Results of recent water samples around South Africa’s number 1 estuary in terms of biodiversity conservation are now compliant except for four sites.
The Ashmead channel E.coli counts are still high, although down from the last sample (3 April), a current 1200 cfu/100ml from 2160. The Bongani stream is still over the limit at 3200 cfu/100ml and higher than the previous sample of 2100. The Queens Street outlet has shown a drop to 13 cfu/100ml after a number of consecutive readings of over 30 000 cfu/100ml. Salt River is also non-compliant at 970 cfu/100ml.
The entire Ashmead channel up until the north-eastern side of Costa Sarda is still not safe to wade, fish or swim in and members of the public are advised to observe signage and use other sites until the sample results are compliant. Park Manager for Knysna, Megan Taplin says ‘all other recreational sites in the estuary are compliant and satisfactory. These include deepwater channels sampled by SANParks.’
Municipal Health Services of the Garden Route District Municipality will take water samples at non-compliant sites of concern weekly, in addition to their regular monthly 14 point sampling protocol. The Authorities Pollution Committee comprising of the South African National Parks (SANParks), the Knysna Municipality, the Garden Route District Municipality’s Health division and the Breede-Gouritz Catchment Management Agency (BGCMA) continue to monitor the Knysna estuary’s pollution levels.
The Knysna Municipality confirmed there was a chemical contamination at its Wastewater Treatment Works (WWTW) dating as far back as 4 February 2019 and acknowledged this as a cause for concern.
At the time, 836 mg/L of oil/grease was recorded at the WWTW as opposed to the ‘normal’ count of under 1 mg/L. The Municipality attributed the incident to a presence of oil and grease at the WWTW which kill good bacteria. An oil-eating enzyme was then introduced to target the pollution as well as useful bacteria from other WWTW plants before the effluent is released.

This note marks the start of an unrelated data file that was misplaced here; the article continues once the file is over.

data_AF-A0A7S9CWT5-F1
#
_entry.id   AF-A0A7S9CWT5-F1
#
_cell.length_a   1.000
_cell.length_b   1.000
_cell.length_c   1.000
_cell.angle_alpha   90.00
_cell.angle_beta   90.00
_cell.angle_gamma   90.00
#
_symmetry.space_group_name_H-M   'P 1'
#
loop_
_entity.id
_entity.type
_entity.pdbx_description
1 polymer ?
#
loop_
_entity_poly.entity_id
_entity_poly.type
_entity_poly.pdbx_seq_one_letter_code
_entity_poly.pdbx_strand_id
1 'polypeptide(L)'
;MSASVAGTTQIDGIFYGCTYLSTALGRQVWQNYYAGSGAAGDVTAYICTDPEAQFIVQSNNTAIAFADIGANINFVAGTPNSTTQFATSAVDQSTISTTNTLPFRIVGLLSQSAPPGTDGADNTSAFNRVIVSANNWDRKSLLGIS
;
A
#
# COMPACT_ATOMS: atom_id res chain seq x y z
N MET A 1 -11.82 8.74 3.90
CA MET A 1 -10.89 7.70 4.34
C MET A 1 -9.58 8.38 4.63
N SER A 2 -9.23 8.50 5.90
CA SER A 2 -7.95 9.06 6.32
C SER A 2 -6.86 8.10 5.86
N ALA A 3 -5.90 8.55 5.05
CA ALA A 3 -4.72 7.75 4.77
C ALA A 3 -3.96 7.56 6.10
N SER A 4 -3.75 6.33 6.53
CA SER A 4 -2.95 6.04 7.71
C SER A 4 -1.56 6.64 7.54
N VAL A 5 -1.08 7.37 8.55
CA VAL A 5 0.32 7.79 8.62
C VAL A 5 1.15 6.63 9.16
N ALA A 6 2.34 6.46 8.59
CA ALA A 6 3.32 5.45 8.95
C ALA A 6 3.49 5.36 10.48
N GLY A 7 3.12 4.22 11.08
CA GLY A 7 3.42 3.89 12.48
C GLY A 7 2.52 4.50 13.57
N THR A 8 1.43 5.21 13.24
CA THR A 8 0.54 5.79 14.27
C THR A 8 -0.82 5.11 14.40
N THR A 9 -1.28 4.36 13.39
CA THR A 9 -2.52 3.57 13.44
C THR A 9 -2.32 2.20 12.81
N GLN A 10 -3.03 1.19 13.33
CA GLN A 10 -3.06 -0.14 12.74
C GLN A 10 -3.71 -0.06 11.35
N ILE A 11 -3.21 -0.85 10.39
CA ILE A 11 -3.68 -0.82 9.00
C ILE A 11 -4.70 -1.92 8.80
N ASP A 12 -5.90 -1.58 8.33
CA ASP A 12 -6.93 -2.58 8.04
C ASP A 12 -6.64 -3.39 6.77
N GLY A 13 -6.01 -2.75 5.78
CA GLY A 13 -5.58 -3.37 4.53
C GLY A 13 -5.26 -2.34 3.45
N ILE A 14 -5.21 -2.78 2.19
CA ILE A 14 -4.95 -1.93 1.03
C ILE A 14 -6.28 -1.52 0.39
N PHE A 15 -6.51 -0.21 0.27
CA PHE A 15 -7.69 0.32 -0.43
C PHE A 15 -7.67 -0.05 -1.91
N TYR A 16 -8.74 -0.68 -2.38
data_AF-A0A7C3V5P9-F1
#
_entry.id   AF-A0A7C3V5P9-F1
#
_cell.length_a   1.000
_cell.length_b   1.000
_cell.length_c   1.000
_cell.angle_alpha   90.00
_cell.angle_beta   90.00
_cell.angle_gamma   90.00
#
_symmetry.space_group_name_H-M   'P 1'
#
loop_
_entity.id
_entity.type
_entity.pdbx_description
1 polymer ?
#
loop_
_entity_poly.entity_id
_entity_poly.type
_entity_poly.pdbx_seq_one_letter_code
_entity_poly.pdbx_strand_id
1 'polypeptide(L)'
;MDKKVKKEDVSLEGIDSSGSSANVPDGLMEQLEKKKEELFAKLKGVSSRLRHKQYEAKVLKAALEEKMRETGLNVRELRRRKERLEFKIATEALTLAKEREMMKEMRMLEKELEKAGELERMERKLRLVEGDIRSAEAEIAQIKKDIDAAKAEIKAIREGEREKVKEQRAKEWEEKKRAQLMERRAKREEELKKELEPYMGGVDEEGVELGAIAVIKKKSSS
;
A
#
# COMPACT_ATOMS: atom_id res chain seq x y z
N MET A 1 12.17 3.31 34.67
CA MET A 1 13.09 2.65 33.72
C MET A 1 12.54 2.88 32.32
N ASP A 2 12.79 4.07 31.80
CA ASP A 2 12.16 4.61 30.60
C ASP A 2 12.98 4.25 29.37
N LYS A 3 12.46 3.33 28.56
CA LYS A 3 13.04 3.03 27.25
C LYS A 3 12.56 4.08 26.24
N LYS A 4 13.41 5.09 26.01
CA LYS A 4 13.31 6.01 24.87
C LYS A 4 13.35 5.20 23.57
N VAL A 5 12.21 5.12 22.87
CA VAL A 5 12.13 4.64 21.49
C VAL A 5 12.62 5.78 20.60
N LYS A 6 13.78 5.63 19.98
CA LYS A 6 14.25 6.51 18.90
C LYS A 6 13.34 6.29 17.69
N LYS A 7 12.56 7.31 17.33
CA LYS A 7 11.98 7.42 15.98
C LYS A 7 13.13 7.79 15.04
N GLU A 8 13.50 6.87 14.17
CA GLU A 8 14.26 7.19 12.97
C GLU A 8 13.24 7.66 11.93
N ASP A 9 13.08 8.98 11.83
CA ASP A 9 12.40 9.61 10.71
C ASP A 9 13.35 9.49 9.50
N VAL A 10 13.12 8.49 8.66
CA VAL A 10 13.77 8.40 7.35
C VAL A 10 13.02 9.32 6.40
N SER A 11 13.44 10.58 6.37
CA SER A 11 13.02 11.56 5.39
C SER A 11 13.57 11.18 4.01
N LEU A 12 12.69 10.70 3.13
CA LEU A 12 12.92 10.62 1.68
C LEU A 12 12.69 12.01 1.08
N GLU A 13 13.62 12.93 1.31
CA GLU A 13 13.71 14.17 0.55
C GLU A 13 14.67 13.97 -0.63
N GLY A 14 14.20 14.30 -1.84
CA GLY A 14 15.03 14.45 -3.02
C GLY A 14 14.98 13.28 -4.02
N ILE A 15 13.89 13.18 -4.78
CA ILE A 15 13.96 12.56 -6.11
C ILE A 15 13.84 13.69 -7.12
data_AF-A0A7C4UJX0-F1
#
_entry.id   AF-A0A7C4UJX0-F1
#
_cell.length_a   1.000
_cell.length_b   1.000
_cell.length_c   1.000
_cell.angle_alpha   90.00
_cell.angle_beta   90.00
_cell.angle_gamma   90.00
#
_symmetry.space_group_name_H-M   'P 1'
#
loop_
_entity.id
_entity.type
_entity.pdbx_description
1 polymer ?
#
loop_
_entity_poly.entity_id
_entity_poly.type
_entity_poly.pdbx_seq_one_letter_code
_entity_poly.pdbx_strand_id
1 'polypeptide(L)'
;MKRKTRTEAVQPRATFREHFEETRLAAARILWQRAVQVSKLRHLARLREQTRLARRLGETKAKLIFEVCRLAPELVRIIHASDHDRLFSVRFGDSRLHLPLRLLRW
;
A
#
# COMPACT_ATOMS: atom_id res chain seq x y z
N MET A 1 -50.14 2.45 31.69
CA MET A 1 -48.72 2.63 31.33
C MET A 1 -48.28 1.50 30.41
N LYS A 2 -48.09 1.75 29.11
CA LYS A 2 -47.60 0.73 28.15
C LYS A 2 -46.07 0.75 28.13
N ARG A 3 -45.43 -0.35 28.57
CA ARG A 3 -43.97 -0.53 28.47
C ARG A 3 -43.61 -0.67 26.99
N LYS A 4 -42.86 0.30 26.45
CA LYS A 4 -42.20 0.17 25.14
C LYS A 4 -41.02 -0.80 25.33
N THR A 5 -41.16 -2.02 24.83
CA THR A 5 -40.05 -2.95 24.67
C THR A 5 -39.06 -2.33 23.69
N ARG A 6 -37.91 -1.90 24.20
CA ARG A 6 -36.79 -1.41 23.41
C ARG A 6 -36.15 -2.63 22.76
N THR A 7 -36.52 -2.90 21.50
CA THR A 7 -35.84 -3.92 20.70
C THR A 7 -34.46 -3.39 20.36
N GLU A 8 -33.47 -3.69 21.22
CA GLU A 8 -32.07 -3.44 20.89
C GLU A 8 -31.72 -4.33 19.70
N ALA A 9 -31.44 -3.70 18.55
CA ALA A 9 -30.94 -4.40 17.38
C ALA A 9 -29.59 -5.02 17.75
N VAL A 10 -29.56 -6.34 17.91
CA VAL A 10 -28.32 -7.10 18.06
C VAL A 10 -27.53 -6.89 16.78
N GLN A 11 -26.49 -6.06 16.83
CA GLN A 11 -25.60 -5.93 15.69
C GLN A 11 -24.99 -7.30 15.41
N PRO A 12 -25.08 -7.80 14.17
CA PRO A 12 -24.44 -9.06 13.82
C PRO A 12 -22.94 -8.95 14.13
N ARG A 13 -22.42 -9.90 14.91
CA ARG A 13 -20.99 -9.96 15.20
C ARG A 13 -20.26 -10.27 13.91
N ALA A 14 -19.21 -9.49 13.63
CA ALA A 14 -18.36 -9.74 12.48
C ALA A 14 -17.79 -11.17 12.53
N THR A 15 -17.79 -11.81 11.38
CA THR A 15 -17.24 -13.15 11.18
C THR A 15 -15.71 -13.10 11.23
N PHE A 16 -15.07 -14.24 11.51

The Municipality has also reported the continuation of oil pollution in the WWTW.
The Garden Route District has issued letters to all businesses alongside the estuary requesting an explanation of how businesses are disposing of fats and oil stores as an attempt to identify polluters. This action is also ongoing. The Knysna Municipality, along with the District, is still continuing to investigate the sumps and channels leading to various areas to narrow down the source of oil pollution.
The Department of Water and Sanitation guideline for recreation stipulates the acceptable level of E.coli bacteria must be lower than the 500 cfu/100ml mark. Cfu stands for colony-forming unit, an estimate of viable bacteria or fungal cells in a single sample. Results are thus reported as cfu/100 milliliter for liquids.
Boilerplate: Of the 249 national estuaries forming part of a study conducted by independent researchers Jane Turpie and Barry Clarke (2007), the Knysna estuary was ranked above the St Lucia World Heritage Site in terms of biodiversity significance. This was determined by the number of its fish species, birds and botanical data. The estuary is home to 43% of South Africa’s plant and animal life and supports rare fish species such as the grunter, white Steenbras, Dusky Cob and Cape Stumpnose.
Image of the Knysna estuary: Ian Flemming